To us at Park Piedmont, this simply reinforces the absolute futility of making predictions. This is not to pick on Mr. Irwin or the NY Times; it’s simply to illustrate, once again, the real problem that we as consumers of financial information face. We are unable to distinguish between what does and does not make sense, even in well-written articles by presumed experts.
Reviewing some of the key points we made in our March 2017 Comments, we reiterate the following:
- The factors that move stock prices are many and varied. In our view, there is no way to explain day-to-day stock price movements with any one or two explanation points (e.g., Trump’s economic legislation agenda under attack). If that’s the case, then why does the media find it necessary to report on the markets as though they were a single sporting event, providing an often incoherent narrative (e.g., a slow trading day suggests that portfolio managers acted earlier in the week)?
- There is no way a Times reporter – or any reporter, for that matter – can accurately “know” what “investors” are thinking, and what makes them act, and report as if the claim is accurate. The results of any day’s stock price movements are the results of the activity (and inactivity) of many thousands of market participants – professional and amateur, traders and long-term investors. Who could possibly know what ideas are moving each of them to do what they do each day, let alone report on the “market” as though it’s an independent entity with its own intentions?
- It’s also hard to understand how the media can report that one day such-and-such-a-factor caused the market to move in one direction, and the next day, when prices move in the opposite direction, report that investors ignored the factor so essential the day before.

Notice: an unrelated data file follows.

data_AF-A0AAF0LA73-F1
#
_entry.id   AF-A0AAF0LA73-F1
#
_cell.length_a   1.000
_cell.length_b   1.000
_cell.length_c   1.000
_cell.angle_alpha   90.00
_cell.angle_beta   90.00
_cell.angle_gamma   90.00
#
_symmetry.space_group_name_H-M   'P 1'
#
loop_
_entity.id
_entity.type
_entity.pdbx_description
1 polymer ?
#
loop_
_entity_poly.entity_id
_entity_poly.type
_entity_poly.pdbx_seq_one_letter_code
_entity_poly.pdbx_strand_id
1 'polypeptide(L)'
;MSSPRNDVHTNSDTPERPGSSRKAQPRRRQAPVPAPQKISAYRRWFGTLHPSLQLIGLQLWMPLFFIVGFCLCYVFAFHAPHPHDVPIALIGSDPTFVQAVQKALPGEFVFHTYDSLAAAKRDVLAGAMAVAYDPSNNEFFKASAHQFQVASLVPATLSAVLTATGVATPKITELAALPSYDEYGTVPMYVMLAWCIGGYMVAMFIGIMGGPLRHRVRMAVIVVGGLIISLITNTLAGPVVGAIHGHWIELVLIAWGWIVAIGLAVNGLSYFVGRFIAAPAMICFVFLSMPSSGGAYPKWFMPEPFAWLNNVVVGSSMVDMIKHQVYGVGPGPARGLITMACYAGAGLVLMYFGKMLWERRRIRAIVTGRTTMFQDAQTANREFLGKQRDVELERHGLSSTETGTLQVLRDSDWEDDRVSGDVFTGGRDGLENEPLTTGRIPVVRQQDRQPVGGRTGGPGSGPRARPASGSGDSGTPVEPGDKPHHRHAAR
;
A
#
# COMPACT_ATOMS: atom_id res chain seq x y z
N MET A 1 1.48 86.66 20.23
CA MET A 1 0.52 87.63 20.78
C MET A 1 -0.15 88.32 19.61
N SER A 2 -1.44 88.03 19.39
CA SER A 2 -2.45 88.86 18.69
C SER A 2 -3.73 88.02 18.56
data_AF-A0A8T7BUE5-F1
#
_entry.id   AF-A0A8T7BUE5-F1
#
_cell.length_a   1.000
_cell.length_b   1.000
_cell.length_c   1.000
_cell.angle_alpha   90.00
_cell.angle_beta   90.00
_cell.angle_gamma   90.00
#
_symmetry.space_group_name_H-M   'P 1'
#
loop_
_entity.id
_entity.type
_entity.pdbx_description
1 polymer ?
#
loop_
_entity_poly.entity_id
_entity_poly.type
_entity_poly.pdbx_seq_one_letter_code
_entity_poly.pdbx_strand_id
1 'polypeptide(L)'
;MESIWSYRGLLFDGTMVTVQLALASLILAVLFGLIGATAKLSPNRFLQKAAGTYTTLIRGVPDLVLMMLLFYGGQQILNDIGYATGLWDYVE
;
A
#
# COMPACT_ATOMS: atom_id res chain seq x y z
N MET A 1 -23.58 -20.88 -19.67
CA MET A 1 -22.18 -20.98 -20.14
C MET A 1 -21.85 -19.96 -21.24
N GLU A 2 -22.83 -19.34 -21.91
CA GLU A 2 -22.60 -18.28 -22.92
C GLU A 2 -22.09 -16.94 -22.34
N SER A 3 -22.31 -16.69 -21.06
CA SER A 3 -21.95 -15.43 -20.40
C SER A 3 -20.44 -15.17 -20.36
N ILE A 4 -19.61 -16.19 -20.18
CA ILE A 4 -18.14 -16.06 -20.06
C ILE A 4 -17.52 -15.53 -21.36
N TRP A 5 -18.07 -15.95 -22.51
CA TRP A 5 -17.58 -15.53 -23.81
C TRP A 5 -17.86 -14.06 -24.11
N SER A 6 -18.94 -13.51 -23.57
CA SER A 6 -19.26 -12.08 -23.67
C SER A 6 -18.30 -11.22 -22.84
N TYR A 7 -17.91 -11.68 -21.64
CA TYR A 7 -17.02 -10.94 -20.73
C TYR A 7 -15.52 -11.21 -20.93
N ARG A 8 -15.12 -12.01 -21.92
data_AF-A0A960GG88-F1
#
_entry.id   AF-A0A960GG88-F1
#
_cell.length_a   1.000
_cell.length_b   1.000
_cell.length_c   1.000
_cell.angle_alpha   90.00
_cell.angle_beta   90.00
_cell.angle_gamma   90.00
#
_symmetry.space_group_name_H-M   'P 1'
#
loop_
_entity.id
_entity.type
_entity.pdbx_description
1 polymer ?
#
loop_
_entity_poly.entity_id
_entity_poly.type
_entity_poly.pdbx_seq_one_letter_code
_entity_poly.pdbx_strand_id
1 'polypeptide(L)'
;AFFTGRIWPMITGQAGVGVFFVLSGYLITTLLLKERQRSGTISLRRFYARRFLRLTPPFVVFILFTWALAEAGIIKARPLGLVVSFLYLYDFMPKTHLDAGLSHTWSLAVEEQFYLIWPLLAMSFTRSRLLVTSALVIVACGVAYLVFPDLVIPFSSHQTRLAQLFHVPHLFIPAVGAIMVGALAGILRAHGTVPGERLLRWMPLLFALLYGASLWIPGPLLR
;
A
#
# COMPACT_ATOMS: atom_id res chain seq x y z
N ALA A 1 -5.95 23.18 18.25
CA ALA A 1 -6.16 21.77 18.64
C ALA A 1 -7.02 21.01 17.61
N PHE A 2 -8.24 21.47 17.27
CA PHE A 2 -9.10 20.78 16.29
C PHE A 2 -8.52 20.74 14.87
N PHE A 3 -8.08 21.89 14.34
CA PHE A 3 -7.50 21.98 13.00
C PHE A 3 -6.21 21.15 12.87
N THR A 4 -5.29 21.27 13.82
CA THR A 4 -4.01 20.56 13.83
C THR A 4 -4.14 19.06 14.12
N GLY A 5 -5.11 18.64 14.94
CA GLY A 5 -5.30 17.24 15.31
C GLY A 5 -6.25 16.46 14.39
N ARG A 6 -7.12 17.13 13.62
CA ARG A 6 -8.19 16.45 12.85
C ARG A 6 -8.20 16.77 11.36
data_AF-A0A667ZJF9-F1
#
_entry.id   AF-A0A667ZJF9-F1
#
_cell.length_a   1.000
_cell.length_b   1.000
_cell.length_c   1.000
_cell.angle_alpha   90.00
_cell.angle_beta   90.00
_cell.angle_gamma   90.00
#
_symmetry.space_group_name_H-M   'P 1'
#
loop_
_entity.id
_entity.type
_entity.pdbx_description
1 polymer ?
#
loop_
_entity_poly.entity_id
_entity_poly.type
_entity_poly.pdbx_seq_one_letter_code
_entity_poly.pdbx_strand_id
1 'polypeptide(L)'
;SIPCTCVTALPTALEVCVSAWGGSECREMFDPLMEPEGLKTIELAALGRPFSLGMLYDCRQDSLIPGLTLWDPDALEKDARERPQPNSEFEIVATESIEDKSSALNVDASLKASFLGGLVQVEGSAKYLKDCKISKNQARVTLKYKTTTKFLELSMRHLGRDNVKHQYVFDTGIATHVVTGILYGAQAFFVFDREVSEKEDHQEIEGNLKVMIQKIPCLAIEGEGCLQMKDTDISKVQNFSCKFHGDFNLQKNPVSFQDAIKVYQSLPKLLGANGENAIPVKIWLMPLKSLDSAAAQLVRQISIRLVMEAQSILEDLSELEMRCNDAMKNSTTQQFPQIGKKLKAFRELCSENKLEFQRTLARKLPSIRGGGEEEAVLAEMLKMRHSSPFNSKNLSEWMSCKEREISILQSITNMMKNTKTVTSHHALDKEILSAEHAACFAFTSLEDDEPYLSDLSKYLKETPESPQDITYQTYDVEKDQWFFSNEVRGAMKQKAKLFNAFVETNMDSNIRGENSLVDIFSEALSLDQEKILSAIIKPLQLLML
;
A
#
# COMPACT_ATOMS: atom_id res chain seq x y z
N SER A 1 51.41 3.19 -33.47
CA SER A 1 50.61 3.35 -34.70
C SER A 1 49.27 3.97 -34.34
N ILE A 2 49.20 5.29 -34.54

- Bad news is almost always emphasized, which tends to make people nervous and more likely to change their investments, rather than act as long-term investors with a time horizon of years, not minutes. Bad news may sell more newspapers, but emphasizing bad news can lead to adverse results by suggesting to investors they should take action in light of the news, rather than taking the longer-term view. Much of the investment literature supports the view that the fewer changes made to a portfolio based on reacting to current news items, the better the long-term outcome.
- Market reporters feel the need to infuse an article about market activity with explanations. Humans like stories; we at PPA are no exceptions! But rather than report the reality, which is that prices change day-to-day for many reasons, none of which are clearly or independently verifiable, at least most of the time, a narrative develops as an after-the-fact explanation of events.
- In the long term, economic growth rates and corporate earnings are the most important drivers of stock prices (mentioned ever so briefly in some of the daily reporting above). They are not a day-to-day story, however, and are difficult to capture in daily reporting. Instead, they play out over extended time frames, which aligns with the preferred, longer-term timeframe for most investment portfolios.
In sum: try to ignore most of the media’s day-to-day reporting on market activity, as it is likely to lead to thoughts of making (typically unnecessary) changes, and therefore unlikely to benefit your long-term investment results.